It was actually like living a nightmare and my sister and I have both agreed that we had a heavy feeling and an anxiety that we were never quite safe from it. Often at 'meetings' - Tuesdays, Thursdays and Sundays -we were reminded that armageddon and judgement day could happen at any time. The sooner the better for most of the congregation, I recall the excitement on the adult's faces at the prospect of the end of the world. Of course, it meant eternal life for them but every other living person and creature would be anhilated, this would be far worse than any war we've ever had.

God's decision would be final and I probably wouldn't make the cut.

So while other young children were read soothing bedtime stories we were faced with the grim images of burning buildings and dead bodies piled up in the street. It's no surprise that I still suffer from night terrors to this day as does my sister.

If all the preaching of doomsday wasn't enough, we were set apart at school because we did not celebrate Christmas or birthdays. I will never know how it feels to believe in magic, in Santa or the tooth fairy. I will never know what it feels like to make a wish when blowing out birthday candles and believe it might come true.

Because to believe means certain damnation from God. Even if that belief robs you of your entire childhood.


Birthdays were such a non-event in our house, I remember one day I asked my mum what the date was:

'Oh it's the 6th of September'

My birthday is on the 4th I'd turned 13 two days before, my journey into womanhood had begun with no mention, no salutation, no card, no cake or songs or candles, no present.

No nothing.

It has damaged me and not because I wanted material things, but because I longed to be normal.


By the time I got to secondary school I was becoming wise to it all, I knew that I didn't want people finding out and so I would lie when people asked what I got for my birthday making up elaborate stories of parties and new trainers to save myself the embarrassment of people finding out my secret. I carried around a lot of guilt for living a lie but it was better than the alternative.

I thanked my lucky stars each and every time we were sent on 'the work' to go knocking on doors in an attempt to convert others. I think I would have died if I'd happened upon someone's house I knew. I was very clever at getting out of things though, knowing by the age of 10 that if I put the thermometer under a lightbulb and then shook it down to just below 4o my mum would let me stay home. Or drinking just enough salt water to induce a light vomiting and then I wouldn't have to go.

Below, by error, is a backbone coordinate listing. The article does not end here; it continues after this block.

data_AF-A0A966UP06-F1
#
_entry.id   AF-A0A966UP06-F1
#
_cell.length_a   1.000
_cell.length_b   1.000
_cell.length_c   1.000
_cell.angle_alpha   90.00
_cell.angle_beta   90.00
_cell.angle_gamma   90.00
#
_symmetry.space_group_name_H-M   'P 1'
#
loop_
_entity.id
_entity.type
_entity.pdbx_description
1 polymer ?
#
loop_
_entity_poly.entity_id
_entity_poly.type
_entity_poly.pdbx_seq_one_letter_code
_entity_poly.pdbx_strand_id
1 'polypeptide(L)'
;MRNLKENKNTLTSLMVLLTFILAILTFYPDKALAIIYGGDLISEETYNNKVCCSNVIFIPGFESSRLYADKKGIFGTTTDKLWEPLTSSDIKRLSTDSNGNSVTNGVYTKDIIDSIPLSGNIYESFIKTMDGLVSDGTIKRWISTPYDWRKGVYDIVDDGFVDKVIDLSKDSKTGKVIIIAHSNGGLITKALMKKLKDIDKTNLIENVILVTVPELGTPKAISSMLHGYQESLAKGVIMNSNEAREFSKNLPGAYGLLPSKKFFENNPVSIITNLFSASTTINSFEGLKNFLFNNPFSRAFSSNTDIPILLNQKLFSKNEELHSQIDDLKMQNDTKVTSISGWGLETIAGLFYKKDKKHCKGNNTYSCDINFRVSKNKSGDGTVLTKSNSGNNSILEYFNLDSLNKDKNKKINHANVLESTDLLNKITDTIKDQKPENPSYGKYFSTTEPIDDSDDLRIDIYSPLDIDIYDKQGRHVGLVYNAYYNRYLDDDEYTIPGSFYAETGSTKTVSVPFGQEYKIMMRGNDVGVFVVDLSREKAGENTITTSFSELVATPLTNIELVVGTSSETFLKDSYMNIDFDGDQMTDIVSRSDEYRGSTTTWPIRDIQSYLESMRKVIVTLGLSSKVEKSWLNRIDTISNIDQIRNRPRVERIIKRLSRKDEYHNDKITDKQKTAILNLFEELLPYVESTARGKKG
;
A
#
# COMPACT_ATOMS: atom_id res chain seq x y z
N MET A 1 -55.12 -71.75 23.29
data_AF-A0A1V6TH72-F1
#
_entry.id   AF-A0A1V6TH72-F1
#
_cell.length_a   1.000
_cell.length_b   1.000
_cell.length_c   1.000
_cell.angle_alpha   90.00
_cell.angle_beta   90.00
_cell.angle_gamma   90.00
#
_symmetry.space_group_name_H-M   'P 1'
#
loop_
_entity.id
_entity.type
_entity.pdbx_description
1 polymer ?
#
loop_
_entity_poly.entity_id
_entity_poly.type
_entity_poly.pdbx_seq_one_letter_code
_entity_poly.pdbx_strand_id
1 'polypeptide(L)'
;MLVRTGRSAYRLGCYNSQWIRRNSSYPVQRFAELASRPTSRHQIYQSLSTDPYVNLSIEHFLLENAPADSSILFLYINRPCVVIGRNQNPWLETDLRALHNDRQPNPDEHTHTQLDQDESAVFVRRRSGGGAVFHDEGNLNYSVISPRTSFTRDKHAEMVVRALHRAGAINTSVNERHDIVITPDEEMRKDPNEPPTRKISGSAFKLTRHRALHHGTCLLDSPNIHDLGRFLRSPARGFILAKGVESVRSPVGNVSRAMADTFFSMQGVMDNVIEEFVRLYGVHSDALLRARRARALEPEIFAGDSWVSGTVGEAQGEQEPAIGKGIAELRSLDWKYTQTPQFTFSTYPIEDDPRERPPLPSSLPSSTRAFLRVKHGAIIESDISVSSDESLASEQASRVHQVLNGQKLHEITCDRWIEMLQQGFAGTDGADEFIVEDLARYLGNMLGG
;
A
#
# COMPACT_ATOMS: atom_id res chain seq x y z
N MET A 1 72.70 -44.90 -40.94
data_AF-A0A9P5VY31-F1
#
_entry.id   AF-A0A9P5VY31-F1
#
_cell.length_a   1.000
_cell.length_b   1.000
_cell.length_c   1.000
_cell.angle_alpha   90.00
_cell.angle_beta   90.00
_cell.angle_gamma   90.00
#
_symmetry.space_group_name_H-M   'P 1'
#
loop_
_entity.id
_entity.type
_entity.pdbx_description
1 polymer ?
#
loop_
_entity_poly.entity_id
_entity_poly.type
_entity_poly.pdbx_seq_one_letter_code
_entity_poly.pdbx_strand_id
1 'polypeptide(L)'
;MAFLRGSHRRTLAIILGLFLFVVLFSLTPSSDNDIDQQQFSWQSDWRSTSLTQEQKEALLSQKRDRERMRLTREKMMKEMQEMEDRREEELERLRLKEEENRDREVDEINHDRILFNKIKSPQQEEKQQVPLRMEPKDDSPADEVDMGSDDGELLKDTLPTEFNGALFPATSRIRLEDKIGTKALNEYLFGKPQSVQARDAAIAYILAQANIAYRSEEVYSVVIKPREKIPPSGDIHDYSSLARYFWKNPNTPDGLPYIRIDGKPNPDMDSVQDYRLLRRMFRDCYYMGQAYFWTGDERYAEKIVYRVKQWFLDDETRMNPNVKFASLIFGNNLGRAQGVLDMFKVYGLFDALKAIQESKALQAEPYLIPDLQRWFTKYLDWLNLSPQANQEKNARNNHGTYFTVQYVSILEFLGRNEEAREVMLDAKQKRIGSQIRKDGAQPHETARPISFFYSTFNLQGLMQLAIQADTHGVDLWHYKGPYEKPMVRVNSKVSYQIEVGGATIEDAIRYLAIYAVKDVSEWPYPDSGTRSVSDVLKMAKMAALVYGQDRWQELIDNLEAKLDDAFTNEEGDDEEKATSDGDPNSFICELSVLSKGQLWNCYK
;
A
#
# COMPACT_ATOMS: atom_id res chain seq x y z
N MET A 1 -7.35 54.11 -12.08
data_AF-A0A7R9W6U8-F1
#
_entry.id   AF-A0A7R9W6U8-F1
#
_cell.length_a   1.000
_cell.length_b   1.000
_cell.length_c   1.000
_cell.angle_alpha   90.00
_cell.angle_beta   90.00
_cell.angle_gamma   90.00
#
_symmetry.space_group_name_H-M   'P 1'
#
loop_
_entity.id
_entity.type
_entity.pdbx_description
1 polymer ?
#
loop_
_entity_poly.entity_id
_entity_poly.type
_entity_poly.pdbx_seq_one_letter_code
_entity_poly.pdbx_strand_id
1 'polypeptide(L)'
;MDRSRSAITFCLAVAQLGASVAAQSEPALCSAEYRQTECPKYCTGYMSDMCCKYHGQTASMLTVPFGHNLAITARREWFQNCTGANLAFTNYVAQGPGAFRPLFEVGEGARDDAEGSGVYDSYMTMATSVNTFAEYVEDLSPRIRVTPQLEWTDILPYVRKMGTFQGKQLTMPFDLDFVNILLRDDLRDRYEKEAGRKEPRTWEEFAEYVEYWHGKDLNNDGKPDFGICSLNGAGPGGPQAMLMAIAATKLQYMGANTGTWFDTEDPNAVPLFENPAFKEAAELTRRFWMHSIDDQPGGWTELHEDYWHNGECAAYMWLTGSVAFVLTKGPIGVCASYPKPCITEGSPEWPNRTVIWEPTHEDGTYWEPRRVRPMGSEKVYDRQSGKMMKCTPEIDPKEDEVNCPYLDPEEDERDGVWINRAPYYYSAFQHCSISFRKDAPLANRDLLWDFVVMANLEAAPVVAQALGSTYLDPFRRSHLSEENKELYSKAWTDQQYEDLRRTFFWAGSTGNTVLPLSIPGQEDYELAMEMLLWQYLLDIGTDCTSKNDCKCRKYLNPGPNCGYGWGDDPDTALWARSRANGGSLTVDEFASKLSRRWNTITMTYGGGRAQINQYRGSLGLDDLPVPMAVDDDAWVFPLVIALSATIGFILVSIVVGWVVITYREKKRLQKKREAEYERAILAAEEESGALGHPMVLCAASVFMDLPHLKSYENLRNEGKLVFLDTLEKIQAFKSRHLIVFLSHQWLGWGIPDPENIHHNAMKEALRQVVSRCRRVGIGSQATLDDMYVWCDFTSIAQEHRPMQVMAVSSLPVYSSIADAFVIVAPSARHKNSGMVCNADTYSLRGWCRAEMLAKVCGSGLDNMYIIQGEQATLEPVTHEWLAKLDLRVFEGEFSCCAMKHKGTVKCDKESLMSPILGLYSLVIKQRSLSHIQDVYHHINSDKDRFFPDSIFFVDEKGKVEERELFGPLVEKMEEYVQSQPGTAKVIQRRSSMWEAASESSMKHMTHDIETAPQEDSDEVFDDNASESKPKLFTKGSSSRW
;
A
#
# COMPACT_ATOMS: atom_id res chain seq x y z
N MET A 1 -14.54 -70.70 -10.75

All I really wanted to do on a Sunday morning was watch The Waltons, not go and listen to a load of crazies talking about how abhorrent gay people are or how stoning people that had sex before marriage in bible times was perfectly acceptable.

Or that Satan is the invisible ruler of the world...

I went to a sleepover at my friend's house once and we were watching some sketch programme on the tv. They did this thing where there was a pretend door and a different dubious character would knock on it, of course all my friends roared with laughter when behind one knock a man in an anorak showed up with a couple of magazines 'Jehovah's Witness calling'. I went so red and wanted to cry, none of them knew about me but I felt like I wanted the floor to open and swallow me whole when it dawned on me just how much people in 'the world' loathe Jehovah's Witnesses.

Once I'd left 'The Truth' I went as far off the rails as humanly possible. Underage drinking and drug taking, I've lost count of the number of casual one night stands I've had, I rebelled in the truest sense of the word. I hurt myself and those around me.

I stopped caring, I met a boy who would treat me badly and I ended up pregnant by the age of 18, at the time there couldn't have been a worse predicament to have landed myself in but actually, somehow I managed to turn my life around and the rest, so they say is history.

Growing up in a cult has taught me a few things: there are crazy extremist people in the world, that couldn't care less if armageddon came and destroyed your life in fact, they would be gleeful. There are people that can not accept you if you're different, there are people that think they know the truth and you do not.

Armageddon never came, I turned my back on an organisation that is anything but holy, I have an open heart and a lot of love and acceptance for others.

That is how I have chosen to live.

That is my truth.

*This article first appeared on Mr & Mrs T Plus Three.